The Moomins share message of love, friendship : Tove Jansson’s characters travel from Moominvalley to Seoul for new exhibition
The Korean translations were first published by Hangilsa in 1997. The series was then revised and released by Jakkajungsin in 2010.
Despite their long history in Korea, it wasn’t until 2014 that the cute round trolls really started to gain popularity here. There are over 200,000 Instagram posts with the hashtag Moomin in hangul, showing the series’ popularity in the country.
As this year marks the 100th anniversary of the Finnish Declaration of Independence in 1918, it adds a meaningful touch to the opening of the exhibition, co-organized by the Finnish Embassy.
The exhibition has seven sections, including content that shows the series’ creation, cartoon versions, paintings by Tove Jansson and more diverse experiences such as moving animations.
“The Moomins have been around me since the day I was born,” said Sophia Jansson, niece of Tove Jansson and president of Oy Moomin Characters, the copyright owner of the Moomin characters. The Moomins were said to have been created for young Sophia Jansson by the unwed artist who loved her niece dearly, and Sophia Jansson grew up with the creatures.
In an interview with the Korea JoongAng Daily on Sept. 1, the opening day of the exhibition, Jansson expressed her admiration and adoration towards her aunt and the exhibition of her works.
The Moomins was conceived during the World War II, then came into being shortly after the war ended. Although Tove Jansson is best remembered for her friendly characters, her artistic career actually started out with critical comic strips or short drawings that drew more on the darkest side of society, expressed through her earlier depictions of trolls - darker, skinnier and gloomier.
Yet, just as Finland battled through the dark days during the war, the Moomins fight their way through hardships, not with violence or force, but with love and friendship. “The Moomin universe that she created is really more founded on humane values, about life,” said Jansson. “And I think she was striving to describe, in her stories, maybe a fantasy of what society could look like, rather than what had happened during the war.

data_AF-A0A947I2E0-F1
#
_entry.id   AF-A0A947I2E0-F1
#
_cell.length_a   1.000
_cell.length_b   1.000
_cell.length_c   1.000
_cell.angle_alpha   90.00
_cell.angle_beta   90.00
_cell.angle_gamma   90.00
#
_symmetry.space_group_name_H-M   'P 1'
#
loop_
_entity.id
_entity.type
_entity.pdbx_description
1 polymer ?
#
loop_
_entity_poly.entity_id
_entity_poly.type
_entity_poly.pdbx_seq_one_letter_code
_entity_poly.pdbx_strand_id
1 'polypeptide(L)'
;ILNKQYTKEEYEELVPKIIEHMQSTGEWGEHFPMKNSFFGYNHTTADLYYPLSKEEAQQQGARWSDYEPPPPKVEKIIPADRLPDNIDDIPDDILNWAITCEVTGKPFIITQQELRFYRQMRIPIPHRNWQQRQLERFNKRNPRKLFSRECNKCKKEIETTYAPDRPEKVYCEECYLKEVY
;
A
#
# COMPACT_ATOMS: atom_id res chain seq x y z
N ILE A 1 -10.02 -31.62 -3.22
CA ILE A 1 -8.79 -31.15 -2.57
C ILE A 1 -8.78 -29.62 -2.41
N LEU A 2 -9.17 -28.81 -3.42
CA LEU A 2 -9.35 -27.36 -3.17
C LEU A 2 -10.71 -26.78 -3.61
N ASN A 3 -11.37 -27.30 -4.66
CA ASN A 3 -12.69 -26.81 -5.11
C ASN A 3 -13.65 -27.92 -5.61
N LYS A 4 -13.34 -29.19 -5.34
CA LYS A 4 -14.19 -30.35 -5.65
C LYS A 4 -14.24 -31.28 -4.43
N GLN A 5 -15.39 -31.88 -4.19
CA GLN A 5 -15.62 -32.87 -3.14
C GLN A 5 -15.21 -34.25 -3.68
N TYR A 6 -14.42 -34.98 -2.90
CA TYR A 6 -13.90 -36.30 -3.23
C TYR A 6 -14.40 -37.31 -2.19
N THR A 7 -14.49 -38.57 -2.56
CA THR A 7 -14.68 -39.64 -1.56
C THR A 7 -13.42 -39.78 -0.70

“The reason I think people are still interested in the Moomins and the Moomin stories today, is because they are about things that touch you no matter what age you are, what nationality you are, what grade you are in. And the stories are essentially about furthering values that are us living in peace and harmony. Sadly, if you look around you in the world, we still need that. We still need to be told that.”
Don’t be deceived by the big innocent eyes and the huggable physique, as the trolls and their friends offer an insight into the world that resonates differently with many people. It may seem easy to understand at first sight, but the simple words take on different meanings for readers. “For if you’re not afraid how can you be really brave?” “I do not understand why the heroine in the book is always prettier than the one at home,” and “One can never be truly free if one admires others too much” are just some of the more philosophical points that Tove Jansson made through her characters’ voices.
“We find that, in society, there is a much smaller portion … that actually reads, and reads children’s literature, and that read children’s literature in translation. So it’s easier for a broader group of people to come in contact with the Moomins through merchandise,” said Sophia Jansson. “I think it’s a fantastic opportunity for the fans who don’t really know about the Moomins to come and see a more broad exposition of her art history, and to really realize that each small illustration is a [piece of] artwork in itself.”
BY YOON SO-YEON [firstname.lastname@example.org]
Tickets cost 13,000 won ($11.47) for adults and 9,000 won for children. Get off at Nambu Bus Terminal Station, line No. 3, exit 4-2 or 5. For more information, visit www.moominart.com.
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